Yes, the red monster star Betelgeuse. We joke as to whether it should sound like “beetle-juice.” I pronounce it ‘bet@ldZu:z (getting as near as I can to phonetic symbols, with @ for the shwa or neutral vowel and dZ for the consonant at both ends of judge).
Only recently did it occur to me that the more appropriate joke would be “beetroot-juice.” Beetroot is the reddest of the red. You have to be in awe of its staining-power. Make beetroot purée, even just slice a beetroot to go into the salad, and you’ll be lucky if that redness doesn’t spread all around the kitchen. It’s a dark purplish red – perhaps on the way toward infrared. The red of Betelgeuse and other stars we call red is ultra-feeble by comparison.
The name of Betelgeuse has nothing to do with beetles, beetroot, or juice. Like many or most of our star-names, it comes from an Arabic phrase that got progressively corrupted by European writers who passed it on to each other. Richard Hinckley Allen in his classic book on Star Names (1899, reprinted by Dover in 1963) confidently gives the original as Ibt al Jauzah, “Armpit of the Central One,” and then gives a string of those European variations – Bed Elgueze, Beit Algueze, Bet El-geuze, Beteigeuze, Betelguese, Betelgueze, Betelgeux, Beldengeuse, Bectelgeuze, Bedalgeuze, and Ied Algueuze.
That last, attributed by Allen to the scholar Edmund Chilmead (1610-1654) who quoted from the German orientalist Jakob Christmann (1554-1613), seems the furthest corrupted – but was nearest to the Arabic original. For that was Yad al-Jauza’. Yad means “hand” (in Hebrew as well as in Arabic). In Arabic script, which is continuous like our handwriting, four of the letters are mere upward kinks in the line, like little wavetops, distinguished only by the number of dots over or under them. The kink with one dot under it is b, the same with two dots under is y. Some early scholar reading an Arabic text saw only one dot where there were two, and so we get our family of names beginning with B. Otherwise we would be calling the great star Yetelgeuse.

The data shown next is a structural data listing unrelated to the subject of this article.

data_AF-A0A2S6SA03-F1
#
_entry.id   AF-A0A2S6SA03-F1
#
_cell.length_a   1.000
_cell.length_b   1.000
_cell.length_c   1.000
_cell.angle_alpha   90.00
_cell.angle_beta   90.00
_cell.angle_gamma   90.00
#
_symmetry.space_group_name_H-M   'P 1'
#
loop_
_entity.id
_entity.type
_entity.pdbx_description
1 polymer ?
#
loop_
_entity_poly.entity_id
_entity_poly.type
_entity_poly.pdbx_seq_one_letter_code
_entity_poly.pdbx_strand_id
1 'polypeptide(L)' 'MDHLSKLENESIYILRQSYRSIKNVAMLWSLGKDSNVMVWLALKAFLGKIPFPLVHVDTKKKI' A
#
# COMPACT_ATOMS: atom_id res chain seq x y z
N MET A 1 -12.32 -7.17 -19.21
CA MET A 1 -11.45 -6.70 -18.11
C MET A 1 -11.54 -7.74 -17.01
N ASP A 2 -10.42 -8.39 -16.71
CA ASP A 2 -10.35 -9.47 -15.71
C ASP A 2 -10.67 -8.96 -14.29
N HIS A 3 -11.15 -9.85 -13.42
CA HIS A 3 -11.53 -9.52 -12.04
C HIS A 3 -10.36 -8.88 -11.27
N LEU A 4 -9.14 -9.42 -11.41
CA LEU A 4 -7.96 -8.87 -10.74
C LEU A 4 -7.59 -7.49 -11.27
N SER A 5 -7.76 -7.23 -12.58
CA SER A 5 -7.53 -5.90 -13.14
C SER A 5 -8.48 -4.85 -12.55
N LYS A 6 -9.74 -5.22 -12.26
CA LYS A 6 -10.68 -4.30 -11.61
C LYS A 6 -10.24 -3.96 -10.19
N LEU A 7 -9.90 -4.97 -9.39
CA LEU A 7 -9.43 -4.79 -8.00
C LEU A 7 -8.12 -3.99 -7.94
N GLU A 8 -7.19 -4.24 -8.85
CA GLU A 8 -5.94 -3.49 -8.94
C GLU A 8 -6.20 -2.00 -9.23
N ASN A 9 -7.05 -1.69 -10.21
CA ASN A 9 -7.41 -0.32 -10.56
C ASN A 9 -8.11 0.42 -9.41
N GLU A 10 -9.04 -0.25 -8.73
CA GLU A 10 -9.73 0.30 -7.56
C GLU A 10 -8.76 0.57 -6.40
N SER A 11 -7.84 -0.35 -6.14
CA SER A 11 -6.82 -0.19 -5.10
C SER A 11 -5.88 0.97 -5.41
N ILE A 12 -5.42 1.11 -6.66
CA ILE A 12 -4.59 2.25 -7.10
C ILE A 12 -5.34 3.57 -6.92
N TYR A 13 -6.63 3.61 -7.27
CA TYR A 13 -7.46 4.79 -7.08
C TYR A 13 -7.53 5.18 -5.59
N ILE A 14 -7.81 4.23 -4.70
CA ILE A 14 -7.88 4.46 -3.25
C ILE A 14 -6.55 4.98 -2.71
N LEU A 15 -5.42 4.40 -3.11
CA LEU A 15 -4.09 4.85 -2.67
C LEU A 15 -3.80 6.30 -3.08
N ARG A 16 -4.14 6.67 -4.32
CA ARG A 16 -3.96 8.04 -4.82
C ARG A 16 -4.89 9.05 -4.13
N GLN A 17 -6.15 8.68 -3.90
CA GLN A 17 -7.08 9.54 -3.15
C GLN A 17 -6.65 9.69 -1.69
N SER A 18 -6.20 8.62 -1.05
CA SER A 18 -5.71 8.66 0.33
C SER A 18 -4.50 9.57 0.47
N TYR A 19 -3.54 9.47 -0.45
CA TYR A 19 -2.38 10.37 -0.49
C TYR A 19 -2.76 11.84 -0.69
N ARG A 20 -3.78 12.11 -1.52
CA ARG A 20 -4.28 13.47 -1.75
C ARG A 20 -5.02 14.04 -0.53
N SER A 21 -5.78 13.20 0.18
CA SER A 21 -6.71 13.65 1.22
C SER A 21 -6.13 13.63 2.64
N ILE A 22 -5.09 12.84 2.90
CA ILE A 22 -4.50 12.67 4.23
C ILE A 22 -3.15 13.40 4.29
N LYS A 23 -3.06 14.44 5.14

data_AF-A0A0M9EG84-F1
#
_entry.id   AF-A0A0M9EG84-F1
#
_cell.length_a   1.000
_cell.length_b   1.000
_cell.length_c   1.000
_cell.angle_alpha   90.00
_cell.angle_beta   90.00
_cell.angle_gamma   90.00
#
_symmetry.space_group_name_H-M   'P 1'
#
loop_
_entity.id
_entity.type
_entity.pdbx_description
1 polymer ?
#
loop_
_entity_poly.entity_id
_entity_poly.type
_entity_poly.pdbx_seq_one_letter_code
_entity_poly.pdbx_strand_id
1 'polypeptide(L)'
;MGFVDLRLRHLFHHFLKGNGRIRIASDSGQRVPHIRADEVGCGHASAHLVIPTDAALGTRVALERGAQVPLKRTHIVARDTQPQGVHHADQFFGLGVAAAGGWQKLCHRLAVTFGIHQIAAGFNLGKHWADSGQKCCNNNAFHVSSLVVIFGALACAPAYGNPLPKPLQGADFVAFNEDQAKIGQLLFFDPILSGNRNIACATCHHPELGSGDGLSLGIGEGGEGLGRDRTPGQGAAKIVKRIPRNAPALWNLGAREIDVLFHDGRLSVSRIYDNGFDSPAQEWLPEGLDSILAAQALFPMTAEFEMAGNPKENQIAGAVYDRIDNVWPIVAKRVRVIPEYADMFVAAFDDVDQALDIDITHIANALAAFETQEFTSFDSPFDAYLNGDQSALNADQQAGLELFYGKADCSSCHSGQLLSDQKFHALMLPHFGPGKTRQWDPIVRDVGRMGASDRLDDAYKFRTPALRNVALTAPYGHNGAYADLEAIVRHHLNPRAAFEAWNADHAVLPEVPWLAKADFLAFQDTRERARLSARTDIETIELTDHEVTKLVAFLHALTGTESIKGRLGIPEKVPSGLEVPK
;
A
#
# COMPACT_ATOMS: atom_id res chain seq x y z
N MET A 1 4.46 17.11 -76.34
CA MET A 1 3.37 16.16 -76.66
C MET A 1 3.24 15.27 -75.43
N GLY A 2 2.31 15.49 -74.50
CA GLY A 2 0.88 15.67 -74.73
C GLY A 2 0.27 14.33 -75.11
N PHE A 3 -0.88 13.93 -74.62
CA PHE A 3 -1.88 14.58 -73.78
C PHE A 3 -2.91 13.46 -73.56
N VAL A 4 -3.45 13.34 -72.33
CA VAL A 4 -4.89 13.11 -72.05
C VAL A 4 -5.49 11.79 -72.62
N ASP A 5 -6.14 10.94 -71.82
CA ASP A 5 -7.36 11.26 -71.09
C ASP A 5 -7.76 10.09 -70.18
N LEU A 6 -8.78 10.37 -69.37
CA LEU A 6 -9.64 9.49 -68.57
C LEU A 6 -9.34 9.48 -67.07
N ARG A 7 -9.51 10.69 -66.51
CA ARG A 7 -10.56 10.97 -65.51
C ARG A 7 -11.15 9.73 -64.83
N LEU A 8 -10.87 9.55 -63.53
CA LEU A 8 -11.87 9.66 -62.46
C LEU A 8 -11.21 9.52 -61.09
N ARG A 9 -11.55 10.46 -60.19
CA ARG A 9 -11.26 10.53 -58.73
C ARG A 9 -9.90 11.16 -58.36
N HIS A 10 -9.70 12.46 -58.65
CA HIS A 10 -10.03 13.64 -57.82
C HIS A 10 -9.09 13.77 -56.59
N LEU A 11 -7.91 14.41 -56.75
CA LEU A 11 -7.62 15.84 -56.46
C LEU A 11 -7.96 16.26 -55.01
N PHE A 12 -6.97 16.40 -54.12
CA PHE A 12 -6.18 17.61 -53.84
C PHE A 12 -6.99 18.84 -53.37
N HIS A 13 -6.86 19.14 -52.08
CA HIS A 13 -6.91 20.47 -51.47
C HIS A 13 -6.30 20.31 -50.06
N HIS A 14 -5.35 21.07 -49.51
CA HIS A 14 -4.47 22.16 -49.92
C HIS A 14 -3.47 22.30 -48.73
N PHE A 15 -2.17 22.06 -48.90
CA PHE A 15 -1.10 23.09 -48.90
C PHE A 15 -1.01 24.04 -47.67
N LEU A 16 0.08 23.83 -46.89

And what was the Jauza’ of which this star was the hand? It has mystified writers, who have said that it meant the Giant, or the Twin, or just was an unexplained Bedouin name for Orion. The root meaning in Arabic does seem to be “central,” though as with families of words in all other languages other meanings have grown up, including ones to do with marriage. Jauza’ actually looks like a feminine superlative form, that is, meaning “most central.” But Betelgeuse, though in the middle of our winter sky, is not in the middle of Orion. The answer is that the ancient Arabic constellation Jauza’ probably included the stars of Gemini as well as Orion. Indeed it functioned, like our Gemini, as one of the signs of the zodiac; in a sense the central one, where the Sun is in the middle of the year (and where the midnight sky is in the middle of winter).
So that’s that. But we still rather miss that “armpit.” Betelgeuse really is in Orion’s armpit, unless you want to be more delicate and call it his shoulder; and ibt does mean “armpit.” It is delicately omitted from my Arabic dictionary, but some source that Allen read (he doesn’t seem to have understood Arabic himself) must have found the word and guessed it to be the explanation of the star’s name. The root with the “armpit” meaning (most Arabic words are based on three-consonant roots) is ‘-b-t. Another kind of dot comes into it: we should write a dot under the t, to show it is the “emphatic” kind of Arabic t, with the back of the tongue raised.
And to get away from linguistics, with which you may be bored, to a couple of bits of indelicacy:
I once knew a student (I won’t say of what ethnicity) whose short dense black hair caused him to be called by his rowdy friends “The Arab’s Armpit.”
And there was once, in pre-Islamic times, an Arabian poet, one of the kind known as brigand-poets, because they roamed around attacking other tribes, composing boastful verses, and coming to bad ends. His name was Thabit ibn Jabir (both the as should be long) but he was remembered under the nickname Ta’abbata Sharran: “he hid something evil in his armpit.” Ta’abbata is a verb derived, in one pf the complicated Arabic ways, from that armpit root. Sharr means “bad.” The legends about him have fun guessing what that evil thing was that he armpitted. The most obvious explanation was that he carried a concealed dagger, like Mack the Knife. A more imaginative tale was that he collected a lot of snakes in the desert, hid them in a basket under his armpit, and presented them suddenly to his mother.